Public Release: 

Performance coaching for clinicians increases treatment of tobacco dependence

From good to great: the role of performance coaching in enhancing tobacco-dependence treatment rates

American Academy of Family Physicians

Integrating "performance coaching" into the design and delivery of multi-component tobacco treatment interventions significantly increases rates of tobacco dependence treatment by primary care clinicians. In a cluster-randomized controlled trial, 15 primary care practices, including 166 primary care clinicians and 1,990 patients, were randomly assigned to one of two interventions. Both interventions helped teams implement the 5As model of treating tobacco use (Ask, Advise, Assess, Assist and Arrange) in the context of 10 best practices for delivering tobacco treatment. One intervention group also provided a 1.5-hour coaching session and an individualized performance report for family physicians and nurse practitioners. Both groups increased rates of tobacco dependence treatment delivery, however clinicians who received performance coaching had statistically higher rates of providing three elements of the 5 As: asking patients about their smoking status, assisting patients ready to quit by developing a quit plan, and arranging follow-up support. In sensitivity analysis, rates of tobacco cessation advice were greater among clinicians who attended a coaching session. There were no differences in tobacco cessation outcomes between the two groups. According to the authors, this study supports the integration of performance coaching into multi-component interventions to further increase the delivery of tobacco treatment, particularly among low-performing clinicians.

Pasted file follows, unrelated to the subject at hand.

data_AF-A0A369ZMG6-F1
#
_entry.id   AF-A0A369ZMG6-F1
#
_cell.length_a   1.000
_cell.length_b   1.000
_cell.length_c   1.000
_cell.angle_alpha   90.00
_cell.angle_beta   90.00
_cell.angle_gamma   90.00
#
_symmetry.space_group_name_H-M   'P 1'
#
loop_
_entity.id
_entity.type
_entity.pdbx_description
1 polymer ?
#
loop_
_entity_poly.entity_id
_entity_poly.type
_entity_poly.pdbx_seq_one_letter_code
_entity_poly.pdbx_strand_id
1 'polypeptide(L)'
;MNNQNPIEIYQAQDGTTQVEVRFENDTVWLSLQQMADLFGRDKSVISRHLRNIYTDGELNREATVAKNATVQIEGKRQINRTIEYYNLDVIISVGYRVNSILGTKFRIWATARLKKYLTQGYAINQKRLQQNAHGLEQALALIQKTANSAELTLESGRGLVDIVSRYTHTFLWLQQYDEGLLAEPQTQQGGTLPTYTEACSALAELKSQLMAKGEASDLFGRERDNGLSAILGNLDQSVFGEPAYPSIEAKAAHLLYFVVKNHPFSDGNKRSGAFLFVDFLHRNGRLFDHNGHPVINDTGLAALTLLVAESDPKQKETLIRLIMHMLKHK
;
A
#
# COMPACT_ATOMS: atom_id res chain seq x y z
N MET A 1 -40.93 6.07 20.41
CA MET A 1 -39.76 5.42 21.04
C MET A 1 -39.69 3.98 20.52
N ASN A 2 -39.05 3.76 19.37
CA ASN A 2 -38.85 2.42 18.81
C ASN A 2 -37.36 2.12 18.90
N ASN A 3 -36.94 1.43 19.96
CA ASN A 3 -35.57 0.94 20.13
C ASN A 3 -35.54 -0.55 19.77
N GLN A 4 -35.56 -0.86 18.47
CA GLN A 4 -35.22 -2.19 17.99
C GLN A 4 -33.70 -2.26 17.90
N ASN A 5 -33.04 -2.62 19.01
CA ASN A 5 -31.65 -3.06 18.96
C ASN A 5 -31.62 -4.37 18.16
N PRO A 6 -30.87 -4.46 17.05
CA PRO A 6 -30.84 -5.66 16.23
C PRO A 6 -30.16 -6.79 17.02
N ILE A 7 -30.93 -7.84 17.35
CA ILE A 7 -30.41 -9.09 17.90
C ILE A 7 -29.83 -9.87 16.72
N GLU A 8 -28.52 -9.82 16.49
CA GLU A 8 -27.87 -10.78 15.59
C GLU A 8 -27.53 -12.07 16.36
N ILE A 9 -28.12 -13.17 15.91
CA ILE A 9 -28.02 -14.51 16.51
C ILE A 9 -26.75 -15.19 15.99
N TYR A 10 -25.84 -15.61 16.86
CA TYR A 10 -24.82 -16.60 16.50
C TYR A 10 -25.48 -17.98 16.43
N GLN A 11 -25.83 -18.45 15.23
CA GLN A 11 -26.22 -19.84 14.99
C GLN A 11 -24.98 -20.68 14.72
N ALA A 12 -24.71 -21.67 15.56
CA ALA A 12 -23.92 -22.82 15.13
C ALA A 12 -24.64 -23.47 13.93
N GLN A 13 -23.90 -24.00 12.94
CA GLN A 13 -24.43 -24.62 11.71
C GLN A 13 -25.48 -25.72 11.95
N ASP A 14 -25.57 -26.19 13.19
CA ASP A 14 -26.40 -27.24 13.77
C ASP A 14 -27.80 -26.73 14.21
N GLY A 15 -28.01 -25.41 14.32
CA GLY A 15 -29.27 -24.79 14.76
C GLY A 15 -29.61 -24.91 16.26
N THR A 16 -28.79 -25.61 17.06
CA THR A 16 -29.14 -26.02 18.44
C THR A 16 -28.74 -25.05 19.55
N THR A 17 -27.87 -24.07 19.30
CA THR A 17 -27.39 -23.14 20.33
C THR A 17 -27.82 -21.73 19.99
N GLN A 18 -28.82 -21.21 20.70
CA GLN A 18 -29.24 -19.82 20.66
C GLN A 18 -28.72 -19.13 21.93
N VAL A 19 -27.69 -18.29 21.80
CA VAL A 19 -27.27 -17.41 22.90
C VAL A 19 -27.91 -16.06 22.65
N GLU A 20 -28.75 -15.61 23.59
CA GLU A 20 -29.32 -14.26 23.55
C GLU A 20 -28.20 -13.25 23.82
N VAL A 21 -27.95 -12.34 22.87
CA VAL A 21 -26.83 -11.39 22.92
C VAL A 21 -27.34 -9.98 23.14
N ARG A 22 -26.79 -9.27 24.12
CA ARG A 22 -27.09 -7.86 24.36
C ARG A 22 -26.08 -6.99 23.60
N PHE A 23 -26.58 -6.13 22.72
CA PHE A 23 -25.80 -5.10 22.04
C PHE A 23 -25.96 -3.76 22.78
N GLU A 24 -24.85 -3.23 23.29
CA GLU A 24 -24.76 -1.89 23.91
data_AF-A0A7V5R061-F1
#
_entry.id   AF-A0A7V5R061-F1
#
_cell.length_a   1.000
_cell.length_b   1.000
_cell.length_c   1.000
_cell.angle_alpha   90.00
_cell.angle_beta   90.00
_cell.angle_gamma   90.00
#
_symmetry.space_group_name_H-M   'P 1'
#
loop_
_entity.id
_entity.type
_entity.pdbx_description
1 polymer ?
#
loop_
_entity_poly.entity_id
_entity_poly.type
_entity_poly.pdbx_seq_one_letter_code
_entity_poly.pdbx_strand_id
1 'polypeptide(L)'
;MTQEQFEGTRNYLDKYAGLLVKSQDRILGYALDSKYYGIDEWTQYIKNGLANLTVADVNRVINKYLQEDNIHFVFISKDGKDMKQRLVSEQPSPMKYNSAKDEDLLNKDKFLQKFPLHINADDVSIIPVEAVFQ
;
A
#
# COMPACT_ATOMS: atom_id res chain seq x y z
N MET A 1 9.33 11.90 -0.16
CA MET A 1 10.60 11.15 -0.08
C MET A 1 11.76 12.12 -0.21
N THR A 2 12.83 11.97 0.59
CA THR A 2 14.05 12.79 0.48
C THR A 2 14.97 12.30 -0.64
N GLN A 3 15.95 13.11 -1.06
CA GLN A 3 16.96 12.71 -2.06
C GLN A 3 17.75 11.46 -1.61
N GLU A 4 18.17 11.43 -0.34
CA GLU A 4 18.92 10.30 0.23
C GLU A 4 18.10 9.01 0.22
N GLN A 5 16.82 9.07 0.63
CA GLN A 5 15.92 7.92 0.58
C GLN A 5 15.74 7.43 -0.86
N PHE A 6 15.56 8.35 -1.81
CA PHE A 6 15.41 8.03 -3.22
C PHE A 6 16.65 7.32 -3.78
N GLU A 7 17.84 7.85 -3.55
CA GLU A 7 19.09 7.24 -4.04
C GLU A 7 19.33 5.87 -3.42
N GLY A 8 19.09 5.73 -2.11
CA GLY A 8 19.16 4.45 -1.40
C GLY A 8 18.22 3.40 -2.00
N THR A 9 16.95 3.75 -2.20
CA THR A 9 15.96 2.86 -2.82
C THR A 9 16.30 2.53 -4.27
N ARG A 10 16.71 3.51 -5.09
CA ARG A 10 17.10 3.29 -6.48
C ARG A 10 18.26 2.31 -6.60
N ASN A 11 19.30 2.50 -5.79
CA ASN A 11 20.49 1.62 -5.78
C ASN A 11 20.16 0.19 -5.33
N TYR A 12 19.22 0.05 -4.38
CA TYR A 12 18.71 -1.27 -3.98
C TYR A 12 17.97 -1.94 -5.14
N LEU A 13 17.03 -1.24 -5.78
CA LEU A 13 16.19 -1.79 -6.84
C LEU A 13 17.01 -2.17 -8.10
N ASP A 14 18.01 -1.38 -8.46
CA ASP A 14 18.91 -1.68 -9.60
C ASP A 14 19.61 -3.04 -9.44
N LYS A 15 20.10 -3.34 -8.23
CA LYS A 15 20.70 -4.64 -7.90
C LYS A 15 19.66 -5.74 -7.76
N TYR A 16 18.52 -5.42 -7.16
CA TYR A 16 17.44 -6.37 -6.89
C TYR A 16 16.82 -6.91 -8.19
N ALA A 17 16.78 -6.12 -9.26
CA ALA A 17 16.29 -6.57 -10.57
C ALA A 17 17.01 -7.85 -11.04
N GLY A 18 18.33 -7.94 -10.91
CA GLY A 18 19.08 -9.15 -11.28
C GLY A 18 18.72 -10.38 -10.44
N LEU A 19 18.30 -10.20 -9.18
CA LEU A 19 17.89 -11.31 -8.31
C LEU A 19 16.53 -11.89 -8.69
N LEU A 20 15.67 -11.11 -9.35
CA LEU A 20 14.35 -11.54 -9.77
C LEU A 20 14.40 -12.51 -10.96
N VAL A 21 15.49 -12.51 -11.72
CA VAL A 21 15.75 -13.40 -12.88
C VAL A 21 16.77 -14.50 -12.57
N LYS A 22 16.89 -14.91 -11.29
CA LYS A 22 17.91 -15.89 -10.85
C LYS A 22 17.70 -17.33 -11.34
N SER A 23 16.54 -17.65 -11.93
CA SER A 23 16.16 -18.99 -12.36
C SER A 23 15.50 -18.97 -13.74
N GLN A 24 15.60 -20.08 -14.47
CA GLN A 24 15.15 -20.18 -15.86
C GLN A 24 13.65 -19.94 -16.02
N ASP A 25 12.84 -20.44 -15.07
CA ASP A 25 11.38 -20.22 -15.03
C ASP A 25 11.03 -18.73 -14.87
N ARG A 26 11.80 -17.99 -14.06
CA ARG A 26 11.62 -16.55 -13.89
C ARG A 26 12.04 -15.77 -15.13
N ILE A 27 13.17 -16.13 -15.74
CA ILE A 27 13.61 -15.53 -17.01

From Good to Great: The Role of Performance Coaching in Enhancing Tobacco-Dependence Treatment Rates
Sophia Papadakis, PhD, et al
University of Ottawa Heart Institute, Ottawa, Ontario, Canada

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